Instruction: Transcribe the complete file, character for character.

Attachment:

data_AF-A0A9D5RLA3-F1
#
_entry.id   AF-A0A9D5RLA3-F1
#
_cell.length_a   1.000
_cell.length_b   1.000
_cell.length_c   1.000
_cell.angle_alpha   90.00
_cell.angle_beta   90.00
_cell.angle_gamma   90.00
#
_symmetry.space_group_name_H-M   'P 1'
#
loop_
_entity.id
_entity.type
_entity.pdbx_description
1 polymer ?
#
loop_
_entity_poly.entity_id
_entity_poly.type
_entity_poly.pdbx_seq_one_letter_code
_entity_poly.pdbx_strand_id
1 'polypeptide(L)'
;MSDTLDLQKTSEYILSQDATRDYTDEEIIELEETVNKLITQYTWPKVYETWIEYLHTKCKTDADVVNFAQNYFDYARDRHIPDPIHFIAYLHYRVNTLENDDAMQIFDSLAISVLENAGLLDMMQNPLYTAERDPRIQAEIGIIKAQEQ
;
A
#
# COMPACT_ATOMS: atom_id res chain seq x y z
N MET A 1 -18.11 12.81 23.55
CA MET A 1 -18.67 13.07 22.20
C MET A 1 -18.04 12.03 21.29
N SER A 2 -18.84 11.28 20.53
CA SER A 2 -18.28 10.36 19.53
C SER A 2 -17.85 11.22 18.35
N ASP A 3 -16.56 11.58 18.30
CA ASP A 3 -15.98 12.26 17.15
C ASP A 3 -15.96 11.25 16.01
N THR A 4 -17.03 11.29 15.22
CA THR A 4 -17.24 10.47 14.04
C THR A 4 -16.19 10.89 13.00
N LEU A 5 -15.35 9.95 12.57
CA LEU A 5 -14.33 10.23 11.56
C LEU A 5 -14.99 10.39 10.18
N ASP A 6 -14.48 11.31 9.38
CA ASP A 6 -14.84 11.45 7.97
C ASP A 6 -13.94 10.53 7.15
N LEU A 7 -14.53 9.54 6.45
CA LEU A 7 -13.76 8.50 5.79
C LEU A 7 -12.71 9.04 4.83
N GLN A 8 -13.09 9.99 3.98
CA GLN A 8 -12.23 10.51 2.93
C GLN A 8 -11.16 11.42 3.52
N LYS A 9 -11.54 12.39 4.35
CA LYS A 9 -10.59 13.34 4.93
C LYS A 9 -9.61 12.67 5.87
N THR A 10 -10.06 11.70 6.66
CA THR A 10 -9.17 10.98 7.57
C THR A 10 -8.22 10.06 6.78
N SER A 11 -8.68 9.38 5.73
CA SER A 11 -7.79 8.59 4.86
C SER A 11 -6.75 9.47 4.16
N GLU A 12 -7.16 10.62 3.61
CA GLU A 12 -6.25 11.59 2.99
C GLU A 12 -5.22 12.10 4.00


data_AF-A0A9D5RLA3-F1
#
_entry.id   AF-A0A9D5RLA3-F1
#
_cell.length_a   1.000
_cell.length_b   1.000
_cell.length_c   1.000
_cell.angle_alpha   90.00
_cell.angle_beta   90.00
_cell.angle_gamma   90.00
#
_symmetry.space_group_name_H-M   'P 1'
#
loop_
_entity.id
_entity.type
_entity.pdbx_description
1 polymer ?
#
loop_
_entity_poly.entity_id
_entity_poly.type
_entity_poly.pdbx_seq_one_letter_code
_entity_poly.pdbx_strand_id
1 'polypeptide(L)'
;MSDTLDLQKTSEYILSQDATRDYTDEEIIELEETVNKLITQYTWPKVYETWIEYLHTKCKTDADVVNFAQNYFDYARDRHIPDPIHFIAYLHYRVNTLENDDAMQIFDSLAISVLENAGLLDMMQNPLYTAERDPRIQAEIGIIKAQEQ
;
A
#
# COMPACT_ATOMS: atom_id res chain seq x y z
N MET A 1 -18.11 12.81 23.55
CA MET A 1 -18.67 13.07 22.20
C MET A 1 -18.04 12.03 21.29
N SER A 2 -18.84 11.28 20.53
CA SER A 2 -18.28 10.36 19.53
C SER A 2 -17.85 11.22 18.35
N ASP A 3 -16.56 11.58 18.30
CA ASP A 3 -15.98 12.26 17.15
C ASP A 3 -15.96 11.25 16.01
N THR A 4 -17.03 11.29 15.22
CA THR A 4 -17.24 10.47 14.04
C THR A 4 -16.19 10.89 13.00
N LEU A 5 -15.35 9.95 12.57
CA LEU A 5 -14.33 10.23 11.56
C LEU A 5 -14.99 10.39 10.18
N ASP A 6 -14.48 11.31 9.38
CA ASP A 6 -14.84 11.45 7.97
C ASP A 6 -13.94 10.53 7.15
N LEU A 7 -14.53 9.54 6.45
CA LEU A 7 -13.76 8.50 5.79
C LEU A 7 -12.71 9.04 4.83
N GLN A 8 -13.09 9.99 3.98
CA GLN A 8 -12.23 10.51 2.93
C GLN A 8 -11.16 11.42 3.52
N LYS A 9 -11.54 12.39 4.35
CA LYS A 9 -10.59 13.34 4.93
C LYS A 9 -9.61 12.67 5.87
N THR A 10 -10.06 11.70 6.66
CA THR A 10 -9.17 10.98 7.57
C THR A 10 -8.22 10.06 6.78
N SER A 11 -8.68 9.38 5.73
CA SER A 11 -7.79 8.59 4.86
C SER A 11 -6.75 9.47 4.16
N GLU A 12 -7.16 10.62 3.61
CA GLU A 12 -6.25 11.59 2.99
C GLU A 12 -5.22 12.10 4.00